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Exhausting, Exhilarating and Extraordinary

Volcano Boarding? What, you mean riding down a volcano on a board? I thought this must be a joke.

Once I arrived at the Bigfoot Hostel in León, Nicaragua, I realized it wasn't a joke at all. It looked amazing, it looked painful, it looked like something right up my alley! I signed up immediately—I couldn't get the money out of my wallet fast enough!

That afternoon was one of the most fun I would have in all of the eight months (so far) that I have traveled in Central America.

Around 15 other hostelers and I jumped on one of the two pickup trucks specified for the volcano boarding expedition. Forty-five minutes later, outside of León, a miniature, yet ominous, black volcano stood before us.

We were given our volcano boards and a bag that contained our overalls -- a pair of clothing reminiscent of the Department of Corrections issued uniforms.

We began the ascent of Cerro Negro. It wasn't easy, my physical condition wasn't the best but it's fair to say everyone struggled.

We all reached the top, and it was glorious. The view of several other volcanoes was breathtaking and surreal, was I in the filming of Jurassic Park?

There weren't any dinosaurs to be seen and so we all soon learned the way to volcano board.

"It's easy," said Kim, the Dutch guide. "You hold your hands here, your put your feet down there, when you start to veer left, you put your right foot out, and vica versa."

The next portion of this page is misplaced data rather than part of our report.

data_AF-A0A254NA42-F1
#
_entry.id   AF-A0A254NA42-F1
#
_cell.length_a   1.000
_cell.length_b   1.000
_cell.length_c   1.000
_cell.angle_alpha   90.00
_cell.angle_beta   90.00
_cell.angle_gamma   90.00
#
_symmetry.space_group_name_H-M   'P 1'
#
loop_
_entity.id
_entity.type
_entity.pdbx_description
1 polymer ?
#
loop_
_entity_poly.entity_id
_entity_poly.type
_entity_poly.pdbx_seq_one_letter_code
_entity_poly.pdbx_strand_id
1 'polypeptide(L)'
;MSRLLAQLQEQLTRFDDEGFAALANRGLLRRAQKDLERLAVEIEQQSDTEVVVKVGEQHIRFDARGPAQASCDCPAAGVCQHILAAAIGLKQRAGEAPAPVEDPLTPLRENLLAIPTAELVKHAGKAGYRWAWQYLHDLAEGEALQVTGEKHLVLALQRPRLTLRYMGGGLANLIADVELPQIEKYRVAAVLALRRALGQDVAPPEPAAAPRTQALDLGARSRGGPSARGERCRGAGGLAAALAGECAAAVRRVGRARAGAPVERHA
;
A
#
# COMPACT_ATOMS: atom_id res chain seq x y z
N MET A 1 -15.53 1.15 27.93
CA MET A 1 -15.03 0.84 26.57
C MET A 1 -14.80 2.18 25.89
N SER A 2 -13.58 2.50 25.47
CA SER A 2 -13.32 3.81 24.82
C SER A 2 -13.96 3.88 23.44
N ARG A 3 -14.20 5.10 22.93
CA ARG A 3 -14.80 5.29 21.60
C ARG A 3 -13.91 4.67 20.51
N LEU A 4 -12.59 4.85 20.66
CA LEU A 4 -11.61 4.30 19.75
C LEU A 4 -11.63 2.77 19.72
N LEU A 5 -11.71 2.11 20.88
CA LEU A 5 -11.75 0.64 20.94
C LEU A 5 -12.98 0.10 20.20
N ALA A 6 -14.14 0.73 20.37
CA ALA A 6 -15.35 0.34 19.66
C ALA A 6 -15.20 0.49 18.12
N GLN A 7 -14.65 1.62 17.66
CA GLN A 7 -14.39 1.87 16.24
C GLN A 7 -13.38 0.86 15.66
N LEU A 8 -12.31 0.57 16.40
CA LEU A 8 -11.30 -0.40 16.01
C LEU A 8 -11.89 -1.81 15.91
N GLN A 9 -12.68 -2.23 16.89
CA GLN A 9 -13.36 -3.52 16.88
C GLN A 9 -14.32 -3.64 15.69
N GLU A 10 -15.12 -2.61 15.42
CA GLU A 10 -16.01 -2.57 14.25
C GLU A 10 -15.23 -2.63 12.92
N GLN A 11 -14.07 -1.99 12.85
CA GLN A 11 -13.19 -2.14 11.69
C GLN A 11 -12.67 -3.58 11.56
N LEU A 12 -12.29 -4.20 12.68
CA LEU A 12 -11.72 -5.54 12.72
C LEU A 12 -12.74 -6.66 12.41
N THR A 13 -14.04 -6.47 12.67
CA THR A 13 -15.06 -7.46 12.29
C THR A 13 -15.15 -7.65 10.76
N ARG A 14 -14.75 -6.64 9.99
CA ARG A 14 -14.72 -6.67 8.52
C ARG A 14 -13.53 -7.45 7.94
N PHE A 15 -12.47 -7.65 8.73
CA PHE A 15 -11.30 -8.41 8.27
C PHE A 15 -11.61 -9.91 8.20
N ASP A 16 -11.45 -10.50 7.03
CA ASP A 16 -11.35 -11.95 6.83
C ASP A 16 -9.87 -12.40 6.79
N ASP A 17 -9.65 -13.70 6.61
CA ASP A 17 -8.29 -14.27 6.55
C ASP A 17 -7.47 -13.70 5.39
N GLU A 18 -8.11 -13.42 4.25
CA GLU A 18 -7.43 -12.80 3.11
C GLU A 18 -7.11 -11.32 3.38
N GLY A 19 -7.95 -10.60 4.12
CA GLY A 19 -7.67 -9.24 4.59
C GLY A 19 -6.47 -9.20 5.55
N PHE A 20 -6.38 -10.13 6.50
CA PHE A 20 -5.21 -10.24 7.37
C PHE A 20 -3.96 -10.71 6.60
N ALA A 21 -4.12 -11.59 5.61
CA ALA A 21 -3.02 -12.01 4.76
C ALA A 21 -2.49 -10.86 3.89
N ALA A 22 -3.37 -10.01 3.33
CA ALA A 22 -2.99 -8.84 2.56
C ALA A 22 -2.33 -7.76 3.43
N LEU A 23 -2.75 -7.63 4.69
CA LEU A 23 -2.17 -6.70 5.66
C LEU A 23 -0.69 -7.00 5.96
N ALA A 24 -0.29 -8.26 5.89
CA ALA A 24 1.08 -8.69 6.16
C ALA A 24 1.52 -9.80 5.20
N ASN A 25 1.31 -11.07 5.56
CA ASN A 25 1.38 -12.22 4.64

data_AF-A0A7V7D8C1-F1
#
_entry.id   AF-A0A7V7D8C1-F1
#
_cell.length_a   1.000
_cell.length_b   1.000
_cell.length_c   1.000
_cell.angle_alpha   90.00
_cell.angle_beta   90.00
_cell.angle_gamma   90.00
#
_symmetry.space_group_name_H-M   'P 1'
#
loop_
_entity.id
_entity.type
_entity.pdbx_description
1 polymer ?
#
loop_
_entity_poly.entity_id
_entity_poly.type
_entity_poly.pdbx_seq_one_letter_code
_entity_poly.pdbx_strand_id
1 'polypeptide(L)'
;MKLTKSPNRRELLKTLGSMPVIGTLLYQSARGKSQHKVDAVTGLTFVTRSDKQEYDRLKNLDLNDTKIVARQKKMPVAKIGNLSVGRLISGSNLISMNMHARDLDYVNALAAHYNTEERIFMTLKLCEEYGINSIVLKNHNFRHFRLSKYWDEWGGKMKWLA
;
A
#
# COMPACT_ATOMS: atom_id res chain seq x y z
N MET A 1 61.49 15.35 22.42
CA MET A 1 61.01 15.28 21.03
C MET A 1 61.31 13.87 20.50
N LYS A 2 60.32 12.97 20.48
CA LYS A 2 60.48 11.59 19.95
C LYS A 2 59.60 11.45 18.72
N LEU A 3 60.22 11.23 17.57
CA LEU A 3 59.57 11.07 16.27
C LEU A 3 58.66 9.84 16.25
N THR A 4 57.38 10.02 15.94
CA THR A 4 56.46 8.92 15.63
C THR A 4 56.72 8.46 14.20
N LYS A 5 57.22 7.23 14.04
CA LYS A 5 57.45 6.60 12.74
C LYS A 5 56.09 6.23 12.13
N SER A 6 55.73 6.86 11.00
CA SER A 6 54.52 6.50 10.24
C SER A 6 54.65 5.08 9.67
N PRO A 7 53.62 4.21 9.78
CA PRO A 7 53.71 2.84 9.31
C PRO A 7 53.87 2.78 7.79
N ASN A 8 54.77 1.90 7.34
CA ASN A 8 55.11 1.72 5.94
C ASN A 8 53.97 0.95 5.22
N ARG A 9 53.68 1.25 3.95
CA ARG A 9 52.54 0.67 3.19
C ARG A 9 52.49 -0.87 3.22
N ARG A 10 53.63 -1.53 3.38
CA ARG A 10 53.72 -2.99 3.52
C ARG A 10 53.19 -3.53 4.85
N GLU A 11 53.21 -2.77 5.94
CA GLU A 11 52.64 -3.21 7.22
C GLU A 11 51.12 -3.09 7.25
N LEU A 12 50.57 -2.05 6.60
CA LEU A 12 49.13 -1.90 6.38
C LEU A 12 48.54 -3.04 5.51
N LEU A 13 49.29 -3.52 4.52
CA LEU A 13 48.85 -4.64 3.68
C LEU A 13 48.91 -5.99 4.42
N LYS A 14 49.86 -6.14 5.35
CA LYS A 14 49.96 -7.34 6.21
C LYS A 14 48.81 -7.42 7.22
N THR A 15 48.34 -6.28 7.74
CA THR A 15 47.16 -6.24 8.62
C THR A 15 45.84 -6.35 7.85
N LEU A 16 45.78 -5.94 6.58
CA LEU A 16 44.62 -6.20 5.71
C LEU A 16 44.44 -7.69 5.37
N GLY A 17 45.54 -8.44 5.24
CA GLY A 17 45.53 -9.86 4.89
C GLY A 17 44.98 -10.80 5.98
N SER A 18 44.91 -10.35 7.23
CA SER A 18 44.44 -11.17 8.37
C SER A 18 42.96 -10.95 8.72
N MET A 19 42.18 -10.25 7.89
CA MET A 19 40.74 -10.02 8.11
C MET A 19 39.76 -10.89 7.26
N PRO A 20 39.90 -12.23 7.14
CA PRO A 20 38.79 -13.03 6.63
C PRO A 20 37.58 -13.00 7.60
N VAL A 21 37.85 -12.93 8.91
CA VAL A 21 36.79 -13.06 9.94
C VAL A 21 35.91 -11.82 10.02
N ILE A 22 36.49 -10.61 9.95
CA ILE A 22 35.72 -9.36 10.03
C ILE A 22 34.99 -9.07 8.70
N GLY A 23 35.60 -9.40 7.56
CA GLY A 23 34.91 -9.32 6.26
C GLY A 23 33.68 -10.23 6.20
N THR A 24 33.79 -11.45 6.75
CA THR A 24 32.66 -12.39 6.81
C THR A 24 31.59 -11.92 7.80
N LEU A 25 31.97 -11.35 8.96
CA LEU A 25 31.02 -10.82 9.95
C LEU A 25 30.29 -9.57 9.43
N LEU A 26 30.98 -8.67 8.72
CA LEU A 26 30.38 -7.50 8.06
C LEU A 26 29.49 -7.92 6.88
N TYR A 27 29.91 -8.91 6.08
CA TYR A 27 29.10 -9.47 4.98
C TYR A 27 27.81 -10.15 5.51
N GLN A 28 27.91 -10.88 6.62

It sounded easy but judging from the runs of a few other people, (a German friend named Oliver was shortly doing somersaults down the volcano), needless to say I wasn't convinced.

And all the sudden it was my turn, racing down the volcano against an Aussie that shared the same birthday as me, his name was Thomas. Did I mention we had goggles on? It was a good thing because the rocks that flew by as I went 20 kilometers per hour down the volcano were landing in my hair and hitting my cheeks. I didn't care, it was a blast and the speed was fun.

Thomas beat me down to the bottom, but I was happy to make it down without falling off the board, like so many of the other people had done. Everyone at the bottom were showing each other their battle wounds, rejoicing at the same time and watching the next pair of people go down.

After everyone had finished we all jumped back in the trucks in time to see the sun set over the colonial city of Leon. We all enjoyed mojitos back at Bigfoot and wondered how long it would be before the volcanic ash and rocks were out of our hair.

Further Information

Travel tips: Only go volcano boarding with Bigfoot Hostel, the other tour companies don't offer goggles or protective overalls. Take lots of water.
Must see/do at this place: Volcano board!
You should avoid here: Bring a camera! The views need to be remembered!

Did you like this article? Then you'll like these: Restoration Of A Colonial Jewel, Searching for Sharks, Selva Negra, A Visit To A Paper Recycling Project, Isla de Ometepe, Gallo Pinto, Nicaragua Project- Politics and Government, San Sebastián Festival, Markets of Masaya and Granada.

By Brendan Mahoney
I am outgoing and honest, I enjoy meeting new people and consider myself an extrovert. I love to travel and especially love Latin America. I'm very...
28 Jan 2009

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